by Asset Allocation Committee
The yield curve has steepened since the FOMC started cutting rates, raising hope that a recession can be avoided. In this report, we will examine whether these hopes make sense.
The above chart shows two recession indicators from two different regional Federal Reserve banks, Atlanta and New York. The former is a GDP-based indicator and the latter is based on the yield curve. The New York indicator is designed to signal economic activity a year into the future. We like to combine the two indicators because the Atlanta indicator tends to give false positives. However, in the past, when the New York indicator has moved above 30 followed by an Atlanta indicator rising above 40, a recession has been unavoidable.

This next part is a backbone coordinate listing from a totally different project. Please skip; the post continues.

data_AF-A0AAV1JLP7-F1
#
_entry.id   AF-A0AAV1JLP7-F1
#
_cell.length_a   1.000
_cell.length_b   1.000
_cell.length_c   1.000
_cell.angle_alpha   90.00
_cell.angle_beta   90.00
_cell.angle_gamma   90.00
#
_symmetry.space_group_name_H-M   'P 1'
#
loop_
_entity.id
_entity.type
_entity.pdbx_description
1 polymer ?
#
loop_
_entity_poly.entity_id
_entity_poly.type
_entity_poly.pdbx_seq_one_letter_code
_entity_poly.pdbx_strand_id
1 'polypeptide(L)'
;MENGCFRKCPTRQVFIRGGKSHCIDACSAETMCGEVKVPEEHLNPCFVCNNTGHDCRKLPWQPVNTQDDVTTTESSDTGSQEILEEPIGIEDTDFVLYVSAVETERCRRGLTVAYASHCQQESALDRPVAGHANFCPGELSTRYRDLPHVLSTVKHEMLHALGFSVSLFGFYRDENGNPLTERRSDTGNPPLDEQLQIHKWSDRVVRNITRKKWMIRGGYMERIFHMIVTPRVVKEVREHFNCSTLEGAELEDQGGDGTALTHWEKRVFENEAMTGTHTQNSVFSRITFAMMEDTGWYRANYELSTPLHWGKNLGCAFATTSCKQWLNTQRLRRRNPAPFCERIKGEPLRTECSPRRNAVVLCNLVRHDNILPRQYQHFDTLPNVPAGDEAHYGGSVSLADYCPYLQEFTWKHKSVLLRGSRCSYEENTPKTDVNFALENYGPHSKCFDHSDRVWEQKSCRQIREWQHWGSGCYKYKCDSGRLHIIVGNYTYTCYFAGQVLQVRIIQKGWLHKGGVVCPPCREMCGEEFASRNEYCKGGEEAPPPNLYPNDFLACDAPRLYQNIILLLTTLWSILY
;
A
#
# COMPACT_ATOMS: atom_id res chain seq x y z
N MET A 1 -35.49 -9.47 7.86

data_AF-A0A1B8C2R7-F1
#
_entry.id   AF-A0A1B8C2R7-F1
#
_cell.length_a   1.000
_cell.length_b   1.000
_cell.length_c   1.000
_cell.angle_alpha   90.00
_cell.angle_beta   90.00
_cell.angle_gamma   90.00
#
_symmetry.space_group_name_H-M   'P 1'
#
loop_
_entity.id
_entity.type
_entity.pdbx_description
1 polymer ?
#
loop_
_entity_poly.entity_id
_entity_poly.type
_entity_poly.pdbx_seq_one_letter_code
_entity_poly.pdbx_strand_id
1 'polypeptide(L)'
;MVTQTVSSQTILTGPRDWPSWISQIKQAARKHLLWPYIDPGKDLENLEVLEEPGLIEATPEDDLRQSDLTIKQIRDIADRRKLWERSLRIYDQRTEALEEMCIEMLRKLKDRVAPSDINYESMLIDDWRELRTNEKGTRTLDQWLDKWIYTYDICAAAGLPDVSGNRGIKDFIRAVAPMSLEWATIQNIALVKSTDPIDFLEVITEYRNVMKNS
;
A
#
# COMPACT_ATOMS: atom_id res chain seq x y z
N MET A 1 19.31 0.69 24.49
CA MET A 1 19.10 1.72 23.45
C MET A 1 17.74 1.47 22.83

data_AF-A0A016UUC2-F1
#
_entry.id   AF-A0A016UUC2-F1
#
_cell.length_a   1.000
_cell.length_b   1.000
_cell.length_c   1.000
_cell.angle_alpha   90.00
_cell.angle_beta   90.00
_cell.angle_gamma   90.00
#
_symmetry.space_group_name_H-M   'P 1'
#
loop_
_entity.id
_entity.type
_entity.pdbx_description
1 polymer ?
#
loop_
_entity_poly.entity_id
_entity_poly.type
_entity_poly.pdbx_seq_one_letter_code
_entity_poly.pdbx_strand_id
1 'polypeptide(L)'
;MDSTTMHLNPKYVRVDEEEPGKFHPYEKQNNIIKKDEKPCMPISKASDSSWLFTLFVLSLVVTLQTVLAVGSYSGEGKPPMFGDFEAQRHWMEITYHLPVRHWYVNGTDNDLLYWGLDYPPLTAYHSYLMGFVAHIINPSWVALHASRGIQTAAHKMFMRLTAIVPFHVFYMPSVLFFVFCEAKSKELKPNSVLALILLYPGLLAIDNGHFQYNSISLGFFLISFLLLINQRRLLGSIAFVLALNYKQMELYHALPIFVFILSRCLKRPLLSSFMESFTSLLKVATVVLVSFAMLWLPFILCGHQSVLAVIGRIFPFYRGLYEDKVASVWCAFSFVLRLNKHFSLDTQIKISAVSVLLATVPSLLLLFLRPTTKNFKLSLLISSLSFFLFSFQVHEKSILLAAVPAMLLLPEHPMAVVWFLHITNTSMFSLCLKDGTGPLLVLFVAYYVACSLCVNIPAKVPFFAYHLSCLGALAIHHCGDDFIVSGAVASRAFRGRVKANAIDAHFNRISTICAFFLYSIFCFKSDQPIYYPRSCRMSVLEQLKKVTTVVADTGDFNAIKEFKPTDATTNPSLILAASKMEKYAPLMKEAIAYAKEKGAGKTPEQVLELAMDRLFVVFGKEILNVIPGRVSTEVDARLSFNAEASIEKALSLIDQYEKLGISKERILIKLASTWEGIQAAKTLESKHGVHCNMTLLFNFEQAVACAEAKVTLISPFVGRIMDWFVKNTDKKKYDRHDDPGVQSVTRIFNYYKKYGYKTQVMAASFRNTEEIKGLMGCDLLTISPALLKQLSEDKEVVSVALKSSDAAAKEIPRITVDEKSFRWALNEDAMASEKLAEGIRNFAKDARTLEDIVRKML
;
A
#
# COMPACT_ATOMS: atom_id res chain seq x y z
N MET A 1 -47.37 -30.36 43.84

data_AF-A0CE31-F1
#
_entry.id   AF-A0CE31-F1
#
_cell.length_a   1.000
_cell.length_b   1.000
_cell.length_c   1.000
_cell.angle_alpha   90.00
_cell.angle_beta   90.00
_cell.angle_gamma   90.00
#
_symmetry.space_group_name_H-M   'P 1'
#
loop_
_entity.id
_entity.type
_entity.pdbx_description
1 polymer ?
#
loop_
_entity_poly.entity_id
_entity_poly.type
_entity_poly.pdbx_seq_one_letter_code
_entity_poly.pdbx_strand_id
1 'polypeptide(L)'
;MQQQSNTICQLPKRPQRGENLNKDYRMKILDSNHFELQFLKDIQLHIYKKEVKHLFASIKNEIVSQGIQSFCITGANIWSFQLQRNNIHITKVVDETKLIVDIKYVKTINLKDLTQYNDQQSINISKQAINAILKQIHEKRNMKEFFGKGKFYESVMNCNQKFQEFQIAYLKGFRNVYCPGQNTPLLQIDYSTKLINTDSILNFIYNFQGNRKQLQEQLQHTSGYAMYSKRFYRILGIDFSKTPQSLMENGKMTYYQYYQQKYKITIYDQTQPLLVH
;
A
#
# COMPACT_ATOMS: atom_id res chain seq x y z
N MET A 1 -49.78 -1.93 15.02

Fed funds show us that easing doesn’t necessarily protect the economy from a downturn. Even though the FOMC has usually cut rates as the New York FRB indicator penetrated 30, it was not enough to fend off a downturn. Thus, even with the recent rate cuts, the risk of recession remains elevated.
The good news is that the Atlanta indicator is at a level where a recession isn’t imminent. The bad news is that the New York indicator has signaled a downturn is coming. Since the 1969-70 recession, the average lead time from the New York recession indicator has been 10 months, with a range of five to 15 months. Thus, by next spring, we could see evidence of a downturn. However, if we use the Atlanta indicator as a signal-confirming device, we should have a better idea of when a recession is actually underway. So, for now, investors should not become overly cautious but, by the end of Q1, increased vigilance will likely be warranted.